More than 60,000 m² of wetlands destroyed in the coming days by Northvolt

Intensive trucking began this Wednesday on the Northvolt site, while the company plans to destroy more than 60,000 m in the coming days2 wetlands, in order to prepare the land for the construction of the first building. However, the company has not yet obtained ministerial authorization to begin this construction.

According to information provided Wednesday to Duty by Northvolt, the total surface area of ​​media which will initially be destroyed on the site of the future factory reaches 61,882 m2. Approximately 45% of the total area of ​​wetlands will be wiped off the site as part of the project which, according to Prime Minister François Legault, will be used to produce the “greenest” batteries in the world. In total, the total or partial destruction of 61 wetlands is expected.

“Note that no species of turtle with special status has been observed in the environments concerned,” Northvolt said in a press release.

It should be noted that the wildlife inventories that were submitted to the government in order to obtain authorization to destroy wetlands were carried out by a firm mandated by the company. A pond that is a habitat for three endangered turtle species will eventually be destroyed as part of the Northvolt project, even though Environment Ministry experts had advocated for its protection.

These wetlands had a “high ecological value”, according to what emerges from scientific opinions written by experts from the Quebec government. “The project causes a loss of natural environments (humid and terrestrial) serving as feeding, breeding and/or migratory stopover habitat for local and regional wildlife, [dont] several species in a precarious situation,” the scientists also underlined. According to official data, 21 threatened or vulnerable species have been recorded on the site, but also 142 species of birds.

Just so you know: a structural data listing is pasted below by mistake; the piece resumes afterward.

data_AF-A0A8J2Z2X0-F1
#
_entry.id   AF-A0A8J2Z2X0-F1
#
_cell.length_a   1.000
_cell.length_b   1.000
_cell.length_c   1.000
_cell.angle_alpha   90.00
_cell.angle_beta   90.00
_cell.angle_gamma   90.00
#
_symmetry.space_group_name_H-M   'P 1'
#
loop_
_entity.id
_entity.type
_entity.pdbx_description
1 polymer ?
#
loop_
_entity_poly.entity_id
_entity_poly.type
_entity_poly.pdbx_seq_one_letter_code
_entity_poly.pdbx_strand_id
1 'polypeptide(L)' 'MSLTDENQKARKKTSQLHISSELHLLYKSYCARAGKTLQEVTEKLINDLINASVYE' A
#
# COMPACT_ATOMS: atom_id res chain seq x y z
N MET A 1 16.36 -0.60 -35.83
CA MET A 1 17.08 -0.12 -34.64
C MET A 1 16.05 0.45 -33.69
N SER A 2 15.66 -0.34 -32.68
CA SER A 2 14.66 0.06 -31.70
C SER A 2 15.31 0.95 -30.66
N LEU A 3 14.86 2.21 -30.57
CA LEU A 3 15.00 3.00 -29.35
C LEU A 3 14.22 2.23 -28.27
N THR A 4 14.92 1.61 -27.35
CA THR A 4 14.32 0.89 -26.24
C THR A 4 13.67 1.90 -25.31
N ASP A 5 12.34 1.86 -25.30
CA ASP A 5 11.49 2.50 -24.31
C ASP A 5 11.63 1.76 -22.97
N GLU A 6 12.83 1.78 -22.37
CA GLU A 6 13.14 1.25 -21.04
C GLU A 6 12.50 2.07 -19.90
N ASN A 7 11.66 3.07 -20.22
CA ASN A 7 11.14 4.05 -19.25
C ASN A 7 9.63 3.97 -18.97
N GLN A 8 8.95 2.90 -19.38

Northvolt specified that “carrying out this work will require the movement of around a hundred trucks per day” in this sector. This “land preparation” stage is necessary to allow the company to prepare the land for the construction of the first building on the site.


By email, Northvolt clarified Duty that, however, it has not yet obtained the ministerial authorization which must be granted by the Minister of the Environment of Quebec, Benoit Charette, to launch construction.

You should know that the company submitted its application on December 22, when it had not yet obtained authorization to destroy dozens of wetlands and cut down several thousand trees. As part of this request, Northvolt wishes to obtain the green light from the Legault government to develop temporary paths, install “rainwater drainage systems” and construct the “first building”.

This new stage of destruction of the site’s natural environments comes as the Quebec Environmental Law Center (CQDE) launches a new legal action to stop the work. As part of an introductory request for judicial review, the organization argues that Minister Benoit Charette’s decision to authorize the destruction of wetlands “is unreasonable, having regard to the responsibility of the Minister [de l’Environnement] to protect wetlands and the species living there.

The Mohawk Council of Kahnawake has also launched legal action against the governments of Quebec and Canada in the Northvolt case. The court action argues that authorization for the project was granted in contravention of the First Nations’ “duty to consult”.

As compensation for the loss of these wetlands, which are increasingly rare in the region, the company had to pay $4.75 million. It will also have to compensate for the loss of natural environments on the site by having a compensation plan approved within three years for the restoration or conservation of a maximum of 500,000 m2.

According to the Legault government, “the site is suitable for industrial use”. Last year, however, he refused another construction project on the same site. Experts from the Ministry of the Environment then justified their decision by emphasizing the rich biodiversity of the land, the essential nature of the natural environments for the region and the “impressive diversity” of the fauna, including the presence of species threatened.

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